The coronavirus crisis is accelerating the deployment of artificial intelligence (AI) across our society. There may be beneficial uses of AI in the context of combatting COVID-19, but without sufficient testing, embedded bias in these systems could perpetuate great harm and inequity. While AI comes to conclusions based on algorithms, the outputs can unintentionally reflect the biases of its programmers or the data sets used to train the systems. Accordingly, it is imperative that any sensitive AI programs deployed or developed with federal dollars during this pandemic are vetted to guard against algorithmic bias.

In the coming months, it is inevitable that AI will play a key role in monitoring the spread of COVID-19 among individuals, predicting future outbreaks, and perhaps even allocating scarce health care resources. Already, algorithms are being used to identify high-risk patients. If the pandemic intensifies and hospitals experience shortages of ventilators or other key supplies, it is conceivable that such risk indexes could be used to prioritize care. Even before COVID-19, there were examples of biased AI resulting in patients of color being offered less care than white patients. Accordingly, amid this lethal pandemic, our failure to enact safeguards against algorithmic bias in sensitive AI systems – such as those used to produce health care assessments – is literally a matter of life and death.  

The economic consequences of COVID-19 also heighten the urgency of confronting algorithmic bias in other contexts. Two of the most frequently cited examples of AI systems perpetuating bias are employment screening applications which discriminate against elderly individuals and women, and loan origination systems which offer less favorable terms to people of color or fail to include them in loan opportunities altogether. While our country potentially faces the highest unemployment rate since the Great Depression and small businesses desperately seek capital, preventing automated discrimination in employment and lending is critical, and it falls upon us to ensure essential safeguards are in place.

We are not alone in these concerns. Leading advocacy organizations such as EqualAI have called for Congress to “mandate that recipients of stimulus funding that utilize AI for essential services and determinations provide confirmation that they’ve checked for bias against protected classes (gender, race, socio-economic class, etc.).” Meanwhile, a recent white paper from the National Security Commission on Artificial Intelligence recommends “ensur[ing] that federally funded computing tools created and fielded to mitigate the COVID-19 pandemic are developed with a sensitivity to and account for potential bias and, at a minimum, do not introduce additional unfairness into healthcare delivery and outcomes.”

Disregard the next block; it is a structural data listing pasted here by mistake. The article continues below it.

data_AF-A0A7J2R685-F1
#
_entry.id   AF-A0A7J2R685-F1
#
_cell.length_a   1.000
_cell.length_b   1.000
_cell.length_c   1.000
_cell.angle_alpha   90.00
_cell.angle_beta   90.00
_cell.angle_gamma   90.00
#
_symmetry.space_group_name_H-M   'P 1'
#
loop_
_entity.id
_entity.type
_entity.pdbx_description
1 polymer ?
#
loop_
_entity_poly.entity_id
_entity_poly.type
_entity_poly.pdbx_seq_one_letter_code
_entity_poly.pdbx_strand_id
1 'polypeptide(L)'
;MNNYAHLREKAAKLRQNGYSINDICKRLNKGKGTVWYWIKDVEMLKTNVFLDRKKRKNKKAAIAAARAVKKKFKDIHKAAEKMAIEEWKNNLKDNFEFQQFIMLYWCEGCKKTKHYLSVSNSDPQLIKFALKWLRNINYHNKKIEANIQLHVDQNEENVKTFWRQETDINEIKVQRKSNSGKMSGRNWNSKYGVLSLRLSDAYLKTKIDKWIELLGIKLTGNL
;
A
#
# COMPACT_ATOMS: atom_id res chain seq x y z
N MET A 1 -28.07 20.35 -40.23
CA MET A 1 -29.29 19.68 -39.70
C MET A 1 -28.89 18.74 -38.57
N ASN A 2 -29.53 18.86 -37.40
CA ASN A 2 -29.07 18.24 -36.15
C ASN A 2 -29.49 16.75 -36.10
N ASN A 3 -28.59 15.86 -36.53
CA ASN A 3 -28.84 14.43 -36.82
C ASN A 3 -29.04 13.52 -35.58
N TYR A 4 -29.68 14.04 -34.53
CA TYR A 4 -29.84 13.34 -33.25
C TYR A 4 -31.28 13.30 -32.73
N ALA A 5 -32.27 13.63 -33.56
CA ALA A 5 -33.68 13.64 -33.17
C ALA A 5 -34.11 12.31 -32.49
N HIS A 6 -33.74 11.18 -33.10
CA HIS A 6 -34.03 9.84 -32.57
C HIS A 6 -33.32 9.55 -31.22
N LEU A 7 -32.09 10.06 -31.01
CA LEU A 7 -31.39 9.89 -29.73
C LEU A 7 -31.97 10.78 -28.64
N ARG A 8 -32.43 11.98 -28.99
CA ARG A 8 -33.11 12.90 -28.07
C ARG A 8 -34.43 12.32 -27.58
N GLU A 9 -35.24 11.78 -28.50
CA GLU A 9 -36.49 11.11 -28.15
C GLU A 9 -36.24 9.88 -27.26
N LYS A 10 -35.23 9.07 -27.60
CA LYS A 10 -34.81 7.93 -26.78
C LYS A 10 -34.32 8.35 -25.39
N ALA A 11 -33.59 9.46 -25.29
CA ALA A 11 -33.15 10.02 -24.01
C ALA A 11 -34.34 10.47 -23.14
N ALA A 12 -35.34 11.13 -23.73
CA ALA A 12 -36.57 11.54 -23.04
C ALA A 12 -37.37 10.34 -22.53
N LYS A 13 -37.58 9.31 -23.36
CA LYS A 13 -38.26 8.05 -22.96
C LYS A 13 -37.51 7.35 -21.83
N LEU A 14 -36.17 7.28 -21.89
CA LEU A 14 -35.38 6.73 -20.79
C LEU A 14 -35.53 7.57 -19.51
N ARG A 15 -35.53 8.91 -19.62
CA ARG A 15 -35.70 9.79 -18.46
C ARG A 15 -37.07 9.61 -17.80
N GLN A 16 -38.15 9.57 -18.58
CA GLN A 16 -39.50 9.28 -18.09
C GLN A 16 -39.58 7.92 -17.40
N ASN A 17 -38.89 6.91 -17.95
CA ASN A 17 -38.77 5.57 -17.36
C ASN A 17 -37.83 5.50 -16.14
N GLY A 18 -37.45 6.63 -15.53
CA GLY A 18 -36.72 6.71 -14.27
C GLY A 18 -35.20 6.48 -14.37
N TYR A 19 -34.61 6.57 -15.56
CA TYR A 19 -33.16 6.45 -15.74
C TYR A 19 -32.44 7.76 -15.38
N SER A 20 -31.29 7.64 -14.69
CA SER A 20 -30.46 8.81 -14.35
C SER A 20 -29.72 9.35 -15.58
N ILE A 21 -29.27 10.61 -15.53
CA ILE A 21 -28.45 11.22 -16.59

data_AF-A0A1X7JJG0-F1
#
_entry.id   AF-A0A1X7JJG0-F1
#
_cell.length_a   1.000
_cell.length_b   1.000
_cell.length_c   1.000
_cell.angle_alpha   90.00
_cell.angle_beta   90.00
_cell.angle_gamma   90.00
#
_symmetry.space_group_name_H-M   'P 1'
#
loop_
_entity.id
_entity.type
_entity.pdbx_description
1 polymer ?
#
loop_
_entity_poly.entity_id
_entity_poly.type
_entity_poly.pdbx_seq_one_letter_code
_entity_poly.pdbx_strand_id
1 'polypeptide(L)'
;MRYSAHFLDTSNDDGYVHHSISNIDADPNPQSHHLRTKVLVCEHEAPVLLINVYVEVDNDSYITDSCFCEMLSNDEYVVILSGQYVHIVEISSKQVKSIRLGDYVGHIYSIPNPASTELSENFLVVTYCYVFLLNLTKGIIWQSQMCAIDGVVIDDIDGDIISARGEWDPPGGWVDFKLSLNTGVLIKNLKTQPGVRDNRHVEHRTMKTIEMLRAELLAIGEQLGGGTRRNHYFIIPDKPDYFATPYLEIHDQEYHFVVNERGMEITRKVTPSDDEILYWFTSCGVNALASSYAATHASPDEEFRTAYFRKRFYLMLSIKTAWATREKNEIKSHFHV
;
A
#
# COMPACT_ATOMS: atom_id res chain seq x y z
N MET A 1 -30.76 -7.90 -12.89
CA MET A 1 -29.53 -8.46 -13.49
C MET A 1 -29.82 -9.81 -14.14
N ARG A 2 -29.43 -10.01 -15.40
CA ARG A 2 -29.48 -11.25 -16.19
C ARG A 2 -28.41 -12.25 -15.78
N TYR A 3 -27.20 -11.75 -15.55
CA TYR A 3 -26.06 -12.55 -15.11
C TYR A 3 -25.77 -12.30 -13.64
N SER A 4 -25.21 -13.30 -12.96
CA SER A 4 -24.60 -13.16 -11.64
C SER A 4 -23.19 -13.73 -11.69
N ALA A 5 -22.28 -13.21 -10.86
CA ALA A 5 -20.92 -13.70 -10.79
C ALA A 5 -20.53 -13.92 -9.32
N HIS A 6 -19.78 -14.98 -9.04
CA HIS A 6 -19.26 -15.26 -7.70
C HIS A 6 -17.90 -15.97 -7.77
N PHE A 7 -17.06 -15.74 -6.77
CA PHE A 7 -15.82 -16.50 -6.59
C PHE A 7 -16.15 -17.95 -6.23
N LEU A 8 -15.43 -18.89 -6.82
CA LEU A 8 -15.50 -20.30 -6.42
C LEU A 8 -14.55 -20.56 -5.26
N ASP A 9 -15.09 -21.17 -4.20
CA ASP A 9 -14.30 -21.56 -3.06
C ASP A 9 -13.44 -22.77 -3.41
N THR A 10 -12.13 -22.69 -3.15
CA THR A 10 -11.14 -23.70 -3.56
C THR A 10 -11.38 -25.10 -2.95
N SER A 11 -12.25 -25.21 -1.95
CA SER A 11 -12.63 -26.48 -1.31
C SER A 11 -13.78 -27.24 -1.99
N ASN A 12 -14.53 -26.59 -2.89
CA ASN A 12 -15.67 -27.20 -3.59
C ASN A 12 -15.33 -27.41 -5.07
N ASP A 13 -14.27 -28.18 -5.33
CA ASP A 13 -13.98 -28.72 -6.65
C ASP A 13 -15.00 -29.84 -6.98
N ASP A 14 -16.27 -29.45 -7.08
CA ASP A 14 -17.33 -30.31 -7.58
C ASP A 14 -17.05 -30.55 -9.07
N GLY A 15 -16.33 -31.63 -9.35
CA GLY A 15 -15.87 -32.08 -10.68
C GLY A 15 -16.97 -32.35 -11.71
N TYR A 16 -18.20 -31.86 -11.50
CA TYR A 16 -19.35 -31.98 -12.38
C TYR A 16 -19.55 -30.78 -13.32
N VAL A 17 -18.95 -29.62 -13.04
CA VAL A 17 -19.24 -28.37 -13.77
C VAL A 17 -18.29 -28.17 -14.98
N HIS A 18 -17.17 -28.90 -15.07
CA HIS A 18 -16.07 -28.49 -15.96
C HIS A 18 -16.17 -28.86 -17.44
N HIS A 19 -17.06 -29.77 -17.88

Fortunately, these challenges are surmountable without creating inordinate work or obstacles. AI developers can begin to address unintentional bias in these systems by, at a minimum, simply vetting their code and conducting testing for the purpose of removing or reducing bias. Accordingly, we urge you to include language in forthcoming stimulus legislation requiring:

  • Any health care provider receiving funding in the package to only deploy AI systems in medical decision-making contexts once it provides written assurances that bias tests have been performed; and
  • Any business with annual gross receipts of $50,000,000 or greater in 2019 receiving funding in the package to provide a statement that bias tests have been performed on any algorithms they use to automate or partially automate activities (such as employment and lending determinations) which have historically been impacted by discriminatory practices.

In the context of COVID-19, AI can be a force for good. However, without meaningful oversight, AI-facilitated algorithmic bias could also exasperate the demographic and socioeconomic inequities of this pandemic. Only Congress can ensure the possibilities of AI are not overshadowed by its perils. Thank you for your consideration of this request

###

Yvette D. Clarke has been in Congress since 2007. She represents New York’s Ninth Congressional District, which includes Central and South Brooklyn. Clarke is Vice Chair of the Energy and Commerce Committee and is a member of the Homeland Security Committee.